Condemning the killings, the Vienna based International Press Institute (IPI) commented that it shows the failure of the province governments to provide basic protection to journalists to carry out their work. The forum also called on the Indian authorities to conduct a full, swift and transparent investigation into the deaths to ensure justice to the victim families with an aim to end a growing culture of impunity for crimes against journalists.
According to the RSF, India continues to languish in the bottom third of the 2016 World Press Freedom Index. Though the Indian media is dynamic and much more capable of playing the role of democracy’s watchdog, the number of journalists killed and the impunity for crimes of violence against the media fraternity is escalating.
Published annually by the RSF since 2002, the global press freedom index measures the level of freedom available to journalists in 180 countries using the following criteria – pluralism, media independence, media environment and self-censorship, legislative environment, transparency, infrastructure, and abuses.
“Wherever they work, Indian journalists are exposed to growing violence. As well as frequent verbal and physical violence, attacks by armed groups are on the rise in several States and the local authorities have had little success in reining it in,” said a recent RSF statement. The media rights body also added that it had repeatedly urged the Union government in New Delhi to launch a national action plan for the safety of journalists and for the prevention of dangers and threats to them, however RSF’s requests had so far gone unheeded. Lately the Press Council of India chairman justice (retired) Chandramouli Kumar Prasad came forward to strongly condemn the killing of scribes and urged the Centre to enact a special law for protection of journalists and speedy trial of cases of attacks and assaults on media persons.
“Nearly 96 per cent of the cases of killing of journalists have not been taken to any logical conclusion and are either languishing in the courts or in some cases, investigations reached dead-ends in the last two decades, as reported by a Committee of the PCI,” said the press council chairman.
Across the globe, over 25 journalists lost their lives to assailants
(from 1 January 2016 to date), and India emerges as one of the deadliest countries. According to the CPJ, India finds itself with troubled countries like Mexico, Yemen, Afghanistan, Iraq etc losing over three journalists each in the last four months. After Syria (2) and Turkey (2), Philippines, Guinea, El Salvador and Pakistan. Earlier, northeast India based scribes also joined in the protest against the killing of journalists in central Indian provinces. The representatives of various journalist organizations assembled in front of Guwahati Press Club on 16 May and demonstrated their anger. Covering their mouths with black clothes, the demonstrators also demanded stringent action against the culprits. The Guwahati demonstrators also supported the move for special protection laws for the benefit of working journalists across the country and called upon the Narendra Modi led Union government in New Delhi to formulate a national action plan to safeguard media persons, those who pursue critical journalism in the interest of society, nation and the human race.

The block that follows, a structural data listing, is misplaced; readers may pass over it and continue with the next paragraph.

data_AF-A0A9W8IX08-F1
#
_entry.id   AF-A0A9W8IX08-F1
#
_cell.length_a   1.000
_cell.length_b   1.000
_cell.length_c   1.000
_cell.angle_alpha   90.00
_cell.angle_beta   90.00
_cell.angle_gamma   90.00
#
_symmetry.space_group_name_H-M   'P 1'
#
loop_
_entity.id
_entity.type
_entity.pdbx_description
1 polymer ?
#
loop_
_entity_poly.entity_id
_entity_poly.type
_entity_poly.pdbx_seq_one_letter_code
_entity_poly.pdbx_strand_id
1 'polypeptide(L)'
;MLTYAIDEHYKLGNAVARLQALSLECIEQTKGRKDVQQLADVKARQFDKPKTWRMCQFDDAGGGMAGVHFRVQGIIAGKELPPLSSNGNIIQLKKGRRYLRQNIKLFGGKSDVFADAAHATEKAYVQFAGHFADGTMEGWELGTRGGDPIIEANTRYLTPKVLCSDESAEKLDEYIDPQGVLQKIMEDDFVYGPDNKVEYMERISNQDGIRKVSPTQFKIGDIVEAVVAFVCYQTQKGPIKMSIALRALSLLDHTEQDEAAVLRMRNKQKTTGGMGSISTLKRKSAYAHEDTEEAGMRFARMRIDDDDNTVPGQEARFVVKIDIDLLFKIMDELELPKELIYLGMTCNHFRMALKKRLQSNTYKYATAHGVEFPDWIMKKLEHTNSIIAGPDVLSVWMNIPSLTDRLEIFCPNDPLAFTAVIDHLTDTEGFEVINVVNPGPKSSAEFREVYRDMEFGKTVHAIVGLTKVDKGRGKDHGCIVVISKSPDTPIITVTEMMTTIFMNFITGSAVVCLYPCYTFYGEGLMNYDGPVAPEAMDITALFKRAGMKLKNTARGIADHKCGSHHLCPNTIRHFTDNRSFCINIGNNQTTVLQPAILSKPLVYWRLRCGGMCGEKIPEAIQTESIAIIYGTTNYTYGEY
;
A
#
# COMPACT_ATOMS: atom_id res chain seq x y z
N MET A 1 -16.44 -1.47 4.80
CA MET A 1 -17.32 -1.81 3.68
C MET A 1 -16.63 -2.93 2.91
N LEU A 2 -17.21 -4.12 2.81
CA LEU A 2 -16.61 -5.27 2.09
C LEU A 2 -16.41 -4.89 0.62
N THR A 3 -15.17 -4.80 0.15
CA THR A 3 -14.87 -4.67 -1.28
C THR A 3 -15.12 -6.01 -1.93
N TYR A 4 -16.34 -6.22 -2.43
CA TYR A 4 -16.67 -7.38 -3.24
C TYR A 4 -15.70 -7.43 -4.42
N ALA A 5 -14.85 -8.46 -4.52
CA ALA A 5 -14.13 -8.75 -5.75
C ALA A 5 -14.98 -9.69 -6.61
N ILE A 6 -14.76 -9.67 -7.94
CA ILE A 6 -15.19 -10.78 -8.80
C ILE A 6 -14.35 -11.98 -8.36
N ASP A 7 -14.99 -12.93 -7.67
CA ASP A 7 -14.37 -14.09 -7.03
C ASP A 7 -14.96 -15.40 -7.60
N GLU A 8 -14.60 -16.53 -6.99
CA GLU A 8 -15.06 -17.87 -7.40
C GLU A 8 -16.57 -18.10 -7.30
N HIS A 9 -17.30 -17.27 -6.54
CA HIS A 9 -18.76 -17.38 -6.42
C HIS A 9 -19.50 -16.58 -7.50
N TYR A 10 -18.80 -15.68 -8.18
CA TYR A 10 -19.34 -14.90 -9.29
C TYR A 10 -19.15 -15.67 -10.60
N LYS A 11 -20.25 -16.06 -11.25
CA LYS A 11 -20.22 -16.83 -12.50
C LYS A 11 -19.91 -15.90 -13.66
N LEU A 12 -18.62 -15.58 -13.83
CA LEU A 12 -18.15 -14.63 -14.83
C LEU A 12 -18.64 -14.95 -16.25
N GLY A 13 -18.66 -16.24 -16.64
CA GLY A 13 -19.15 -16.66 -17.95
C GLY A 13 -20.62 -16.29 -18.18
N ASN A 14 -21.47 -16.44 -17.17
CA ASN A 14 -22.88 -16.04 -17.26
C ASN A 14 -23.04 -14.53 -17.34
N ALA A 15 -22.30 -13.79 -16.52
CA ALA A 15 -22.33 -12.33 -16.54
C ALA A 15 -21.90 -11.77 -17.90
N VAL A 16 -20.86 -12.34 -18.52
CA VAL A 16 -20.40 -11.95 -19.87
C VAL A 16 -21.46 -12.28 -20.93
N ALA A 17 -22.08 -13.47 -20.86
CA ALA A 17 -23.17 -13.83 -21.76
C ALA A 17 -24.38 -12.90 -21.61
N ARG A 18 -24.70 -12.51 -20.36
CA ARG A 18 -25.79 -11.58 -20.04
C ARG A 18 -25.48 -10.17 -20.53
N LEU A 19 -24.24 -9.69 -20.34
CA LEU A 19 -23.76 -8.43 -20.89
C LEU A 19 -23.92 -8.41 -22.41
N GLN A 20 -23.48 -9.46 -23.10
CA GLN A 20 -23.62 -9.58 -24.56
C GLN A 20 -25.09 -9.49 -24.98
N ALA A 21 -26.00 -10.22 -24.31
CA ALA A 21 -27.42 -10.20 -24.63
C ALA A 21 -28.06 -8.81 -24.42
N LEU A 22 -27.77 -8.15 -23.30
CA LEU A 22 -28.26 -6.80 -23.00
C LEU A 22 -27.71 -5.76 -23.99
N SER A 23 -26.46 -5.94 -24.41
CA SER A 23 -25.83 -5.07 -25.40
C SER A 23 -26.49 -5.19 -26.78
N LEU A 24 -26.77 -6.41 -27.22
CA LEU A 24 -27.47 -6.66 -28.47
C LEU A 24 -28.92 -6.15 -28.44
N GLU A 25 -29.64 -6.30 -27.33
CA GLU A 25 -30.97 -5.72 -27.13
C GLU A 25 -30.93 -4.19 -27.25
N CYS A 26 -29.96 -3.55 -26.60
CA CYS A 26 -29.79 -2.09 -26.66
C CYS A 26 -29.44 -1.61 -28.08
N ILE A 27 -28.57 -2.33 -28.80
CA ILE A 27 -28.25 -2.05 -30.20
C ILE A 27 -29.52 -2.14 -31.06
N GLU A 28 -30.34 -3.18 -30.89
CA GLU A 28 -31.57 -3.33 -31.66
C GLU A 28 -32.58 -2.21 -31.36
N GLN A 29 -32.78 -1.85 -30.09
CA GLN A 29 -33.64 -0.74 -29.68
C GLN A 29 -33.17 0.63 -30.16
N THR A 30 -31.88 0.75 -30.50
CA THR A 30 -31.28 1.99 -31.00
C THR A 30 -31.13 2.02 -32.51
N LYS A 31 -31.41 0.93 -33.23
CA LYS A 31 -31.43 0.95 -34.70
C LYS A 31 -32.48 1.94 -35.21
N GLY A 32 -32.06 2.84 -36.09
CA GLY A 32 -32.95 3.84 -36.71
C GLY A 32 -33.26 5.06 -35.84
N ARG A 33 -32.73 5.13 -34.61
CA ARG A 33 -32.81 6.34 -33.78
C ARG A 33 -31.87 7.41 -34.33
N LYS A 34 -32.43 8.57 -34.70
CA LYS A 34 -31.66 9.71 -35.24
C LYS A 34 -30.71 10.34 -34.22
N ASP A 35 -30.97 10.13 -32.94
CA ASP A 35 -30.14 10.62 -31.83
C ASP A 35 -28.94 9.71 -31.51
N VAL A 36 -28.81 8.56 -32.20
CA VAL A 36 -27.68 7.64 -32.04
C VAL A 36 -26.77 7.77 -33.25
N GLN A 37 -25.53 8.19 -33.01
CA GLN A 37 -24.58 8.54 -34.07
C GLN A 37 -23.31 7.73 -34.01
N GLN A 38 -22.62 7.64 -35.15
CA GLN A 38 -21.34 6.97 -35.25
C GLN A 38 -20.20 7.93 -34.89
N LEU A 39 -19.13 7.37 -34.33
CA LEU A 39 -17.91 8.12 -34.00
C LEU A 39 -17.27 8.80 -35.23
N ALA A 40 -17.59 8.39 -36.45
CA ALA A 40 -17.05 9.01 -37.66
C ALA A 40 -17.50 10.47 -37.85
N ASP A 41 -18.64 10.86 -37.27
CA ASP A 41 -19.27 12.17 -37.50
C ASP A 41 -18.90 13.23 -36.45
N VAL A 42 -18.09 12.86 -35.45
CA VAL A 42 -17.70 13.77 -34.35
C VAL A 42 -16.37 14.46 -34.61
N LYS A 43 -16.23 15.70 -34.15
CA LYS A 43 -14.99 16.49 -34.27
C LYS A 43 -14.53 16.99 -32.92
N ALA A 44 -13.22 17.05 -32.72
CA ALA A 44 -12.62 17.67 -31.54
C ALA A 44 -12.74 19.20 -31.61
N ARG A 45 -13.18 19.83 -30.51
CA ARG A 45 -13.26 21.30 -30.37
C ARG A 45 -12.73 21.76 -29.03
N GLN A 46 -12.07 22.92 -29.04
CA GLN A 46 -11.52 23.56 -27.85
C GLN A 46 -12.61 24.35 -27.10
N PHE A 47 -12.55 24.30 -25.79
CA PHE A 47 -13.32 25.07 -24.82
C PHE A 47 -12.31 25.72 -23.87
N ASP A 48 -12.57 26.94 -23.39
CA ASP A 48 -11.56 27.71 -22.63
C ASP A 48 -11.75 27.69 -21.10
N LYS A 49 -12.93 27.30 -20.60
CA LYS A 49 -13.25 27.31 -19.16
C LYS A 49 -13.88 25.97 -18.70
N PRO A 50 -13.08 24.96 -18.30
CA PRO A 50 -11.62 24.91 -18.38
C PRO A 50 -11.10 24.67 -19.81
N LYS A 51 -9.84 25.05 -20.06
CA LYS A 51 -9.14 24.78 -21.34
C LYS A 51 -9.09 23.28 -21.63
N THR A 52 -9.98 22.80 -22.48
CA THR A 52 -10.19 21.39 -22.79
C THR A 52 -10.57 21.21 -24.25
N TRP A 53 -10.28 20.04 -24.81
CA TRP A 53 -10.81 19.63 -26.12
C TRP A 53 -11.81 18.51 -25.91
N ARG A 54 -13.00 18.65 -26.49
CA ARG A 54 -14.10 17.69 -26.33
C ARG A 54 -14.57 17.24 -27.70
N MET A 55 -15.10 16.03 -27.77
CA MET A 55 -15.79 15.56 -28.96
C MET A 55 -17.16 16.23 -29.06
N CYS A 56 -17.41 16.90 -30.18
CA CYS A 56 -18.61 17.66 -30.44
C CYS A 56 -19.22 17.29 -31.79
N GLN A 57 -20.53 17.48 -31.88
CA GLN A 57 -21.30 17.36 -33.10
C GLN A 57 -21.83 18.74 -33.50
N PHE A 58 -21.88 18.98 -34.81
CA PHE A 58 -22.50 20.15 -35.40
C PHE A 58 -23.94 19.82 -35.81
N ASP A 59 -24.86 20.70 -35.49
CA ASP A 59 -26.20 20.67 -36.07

Facing the heat of protests, the Jharkhand police arrested two persons suspecting their involvement in the killing of Yadav. According to the police the arrests were made on the basis of CCTV records, mobile phone call details and other relevant evidence. Lately, the Bihar police also arrested five persons suspecting their role in the murder of Ranjan. Few others were detained by both the Jharkhand and Bihar police for further interrogation. However, adding worries to the Bihar government, Ranjan’s father Radha Chaudhary and wife Asha Devi demanded a Central Bureau of Investigation (CBI) probe to unearth the killers and they publicly declared that they had little faith in the local police.
Many Bihar based journalists also asked for a CBI probe into Ranjan’s murder, which compelled the State chief minister Nitish Kumar to recommend such CBI investigation to look into the matter.
The author is a Guwahati (northeast India) based journalist